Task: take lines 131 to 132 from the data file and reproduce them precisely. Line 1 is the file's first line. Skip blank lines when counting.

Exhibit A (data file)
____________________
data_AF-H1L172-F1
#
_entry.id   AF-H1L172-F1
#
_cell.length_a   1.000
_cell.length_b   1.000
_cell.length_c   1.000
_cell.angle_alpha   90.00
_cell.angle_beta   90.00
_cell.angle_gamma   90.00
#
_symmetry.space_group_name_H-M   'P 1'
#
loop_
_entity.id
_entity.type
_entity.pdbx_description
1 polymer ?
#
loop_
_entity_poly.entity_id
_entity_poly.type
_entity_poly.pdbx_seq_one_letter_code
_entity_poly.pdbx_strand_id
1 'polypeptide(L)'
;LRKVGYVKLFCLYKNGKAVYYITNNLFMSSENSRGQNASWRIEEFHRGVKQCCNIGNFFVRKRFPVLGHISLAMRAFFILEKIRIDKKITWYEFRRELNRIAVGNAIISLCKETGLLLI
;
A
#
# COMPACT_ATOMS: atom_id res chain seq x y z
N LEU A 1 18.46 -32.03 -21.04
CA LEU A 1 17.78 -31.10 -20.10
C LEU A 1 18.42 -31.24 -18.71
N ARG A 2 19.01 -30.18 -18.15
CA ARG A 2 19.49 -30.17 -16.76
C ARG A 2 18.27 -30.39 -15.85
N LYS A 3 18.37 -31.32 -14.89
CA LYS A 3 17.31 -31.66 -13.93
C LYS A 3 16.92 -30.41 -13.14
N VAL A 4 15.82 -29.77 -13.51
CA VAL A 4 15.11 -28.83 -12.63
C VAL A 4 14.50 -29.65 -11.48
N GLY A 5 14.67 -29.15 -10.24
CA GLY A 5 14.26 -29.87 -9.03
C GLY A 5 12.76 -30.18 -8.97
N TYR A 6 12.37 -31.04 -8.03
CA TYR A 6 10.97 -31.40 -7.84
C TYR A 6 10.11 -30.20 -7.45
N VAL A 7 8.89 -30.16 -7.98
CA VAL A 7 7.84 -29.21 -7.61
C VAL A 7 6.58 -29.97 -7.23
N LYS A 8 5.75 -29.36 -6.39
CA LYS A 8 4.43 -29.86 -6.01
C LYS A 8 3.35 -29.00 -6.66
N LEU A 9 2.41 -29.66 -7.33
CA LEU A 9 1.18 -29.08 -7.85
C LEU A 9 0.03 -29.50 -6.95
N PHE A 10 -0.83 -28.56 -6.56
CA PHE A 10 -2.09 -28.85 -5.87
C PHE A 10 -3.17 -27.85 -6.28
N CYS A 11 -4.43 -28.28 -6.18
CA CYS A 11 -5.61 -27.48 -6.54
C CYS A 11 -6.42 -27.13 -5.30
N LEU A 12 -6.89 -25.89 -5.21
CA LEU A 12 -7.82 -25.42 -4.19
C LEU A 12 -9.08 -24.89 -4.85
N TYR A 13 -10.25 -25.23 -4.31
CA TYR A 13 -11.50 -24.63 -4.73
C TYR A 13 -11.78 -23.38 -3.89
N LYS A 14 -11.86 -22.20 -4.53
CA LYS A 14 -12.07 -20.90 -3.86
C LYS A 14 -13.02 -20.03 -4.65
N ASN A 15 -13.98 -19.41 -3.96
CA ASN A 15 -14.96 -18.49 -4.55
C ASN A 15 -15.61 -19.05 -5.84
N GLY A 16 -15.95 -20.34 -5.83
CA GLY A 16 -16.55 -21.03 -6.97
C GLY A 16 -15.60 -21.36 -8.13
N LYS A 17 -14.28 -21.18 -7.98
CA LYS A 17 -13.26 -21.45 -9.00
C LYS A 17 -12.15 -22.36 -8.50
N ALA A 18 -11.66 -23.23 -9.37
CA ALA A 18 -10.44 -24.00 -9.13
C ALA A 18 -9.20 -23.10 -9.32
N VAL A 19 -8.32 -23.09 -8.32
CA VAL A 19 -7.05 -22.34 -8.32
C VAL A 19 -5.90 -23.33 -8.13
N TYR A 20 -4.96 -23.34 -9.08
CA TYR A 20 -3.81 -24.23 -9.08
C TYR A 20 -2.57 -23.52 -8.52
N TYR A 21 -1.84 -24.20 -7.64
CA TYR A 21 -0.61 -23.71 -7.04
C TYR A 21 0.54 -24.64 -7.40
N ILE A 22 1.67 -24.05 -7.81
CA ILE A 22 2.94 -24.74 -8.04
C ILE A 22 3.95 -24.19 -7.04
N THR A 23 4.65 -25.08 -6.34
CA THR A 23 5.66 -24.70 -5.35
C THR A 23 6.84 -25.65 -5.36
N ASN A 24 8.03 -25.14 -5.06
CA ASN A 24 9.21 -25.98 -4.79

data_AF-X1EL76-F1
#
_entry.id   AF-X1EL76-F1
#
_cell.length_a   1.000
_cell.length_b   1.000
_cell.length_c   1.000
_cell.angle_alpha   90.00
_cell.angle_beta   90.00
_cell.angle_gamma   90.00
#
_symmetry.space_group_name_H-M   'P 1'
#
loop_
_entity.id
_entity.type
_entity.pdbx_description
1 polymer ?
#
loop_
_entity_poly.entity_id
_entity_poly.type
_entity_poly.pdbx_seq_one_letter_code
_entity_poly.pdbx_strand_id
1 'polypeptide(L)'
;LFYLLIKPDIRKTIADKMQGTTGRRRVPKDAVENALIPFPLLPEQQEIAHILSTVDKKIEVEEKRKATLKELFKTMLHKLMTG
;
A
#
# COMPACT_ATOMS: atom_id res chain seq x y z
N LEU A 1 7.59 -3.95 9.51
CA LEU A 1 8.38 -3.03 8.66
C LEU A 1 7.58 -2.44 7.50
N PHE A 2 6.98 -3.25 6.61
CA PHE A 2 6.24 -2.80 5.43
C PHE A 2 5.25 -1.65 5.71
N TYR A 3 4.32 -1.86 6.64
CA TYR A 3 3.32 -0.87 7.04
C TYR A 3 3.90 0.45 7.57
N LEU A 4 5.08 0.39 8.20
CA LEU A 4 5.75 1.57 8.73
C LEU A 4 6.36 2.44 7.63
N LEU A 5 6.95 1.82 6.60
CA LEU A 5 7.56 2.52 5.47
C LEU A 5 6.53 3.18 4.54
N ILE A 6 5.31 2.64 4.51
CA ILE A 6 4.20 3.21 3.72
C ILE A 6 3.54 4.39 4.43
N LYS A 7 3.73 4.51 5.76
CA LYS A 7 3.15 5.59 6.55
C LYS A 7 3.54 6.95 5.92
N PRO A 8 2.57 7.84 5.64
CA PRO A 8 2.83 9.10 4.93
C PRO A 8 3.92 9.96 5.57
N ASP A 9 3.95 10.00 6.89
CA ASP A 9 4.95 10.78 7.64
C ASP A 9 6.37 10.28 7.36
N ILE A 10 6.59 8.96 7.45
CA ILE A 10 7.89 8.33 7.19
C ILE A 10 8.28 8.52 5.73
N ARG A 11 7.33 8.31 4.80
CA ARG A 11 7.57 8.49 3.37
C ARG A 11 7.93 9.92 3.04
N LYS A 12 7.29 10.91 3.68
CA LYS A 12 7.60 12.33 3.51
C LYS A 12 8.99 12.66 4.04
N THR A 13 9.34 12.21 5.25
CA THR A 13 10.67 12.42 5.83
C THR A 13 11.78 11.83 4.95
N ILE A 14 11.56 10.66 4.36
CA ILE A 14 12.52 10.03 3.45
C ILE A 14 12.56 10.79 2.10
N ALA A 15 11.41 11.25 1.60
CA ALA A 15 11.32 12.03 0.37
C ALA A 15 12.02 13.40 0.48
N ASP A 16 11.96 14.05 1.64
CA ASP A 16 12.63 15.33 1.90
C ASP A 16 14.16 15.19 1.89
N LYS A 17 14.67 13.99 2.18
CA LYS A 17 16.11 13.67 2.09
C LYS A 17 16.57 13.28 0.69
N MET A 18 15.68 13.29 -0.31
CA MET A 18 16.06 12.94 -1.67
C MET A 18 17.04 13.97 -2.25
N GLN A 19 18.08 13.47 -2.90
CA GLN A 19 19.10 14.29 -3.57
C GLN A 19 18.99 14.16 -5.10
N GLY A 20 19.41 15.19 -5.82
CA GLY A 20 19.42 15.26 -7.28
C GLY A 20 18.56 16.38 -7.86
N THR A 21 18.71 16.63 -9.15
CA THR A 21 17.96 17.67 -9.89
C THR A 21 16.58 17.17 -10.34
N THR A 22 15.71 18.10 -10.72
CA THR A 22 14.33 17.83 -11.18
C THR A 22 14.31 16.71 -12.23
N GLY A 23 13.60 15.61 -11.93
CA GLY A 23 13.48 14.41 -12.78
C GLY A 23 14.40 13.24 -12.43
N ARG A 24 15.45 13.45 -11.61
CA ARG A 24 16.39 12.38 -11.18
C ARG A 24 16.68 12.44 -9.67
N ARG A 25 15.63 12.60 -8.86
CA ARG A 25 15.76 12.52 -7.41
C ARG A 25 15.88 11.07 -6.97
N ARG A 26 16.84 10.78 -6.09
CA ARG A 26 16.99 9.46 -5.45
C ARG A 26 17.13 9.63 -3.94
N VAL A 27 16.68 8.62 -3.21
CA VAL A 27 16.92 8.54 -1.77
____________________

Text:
# COMPACT_ATOMS: atom_id res chain seq x y z
N LEU A 1 7.59 -3.95 9.51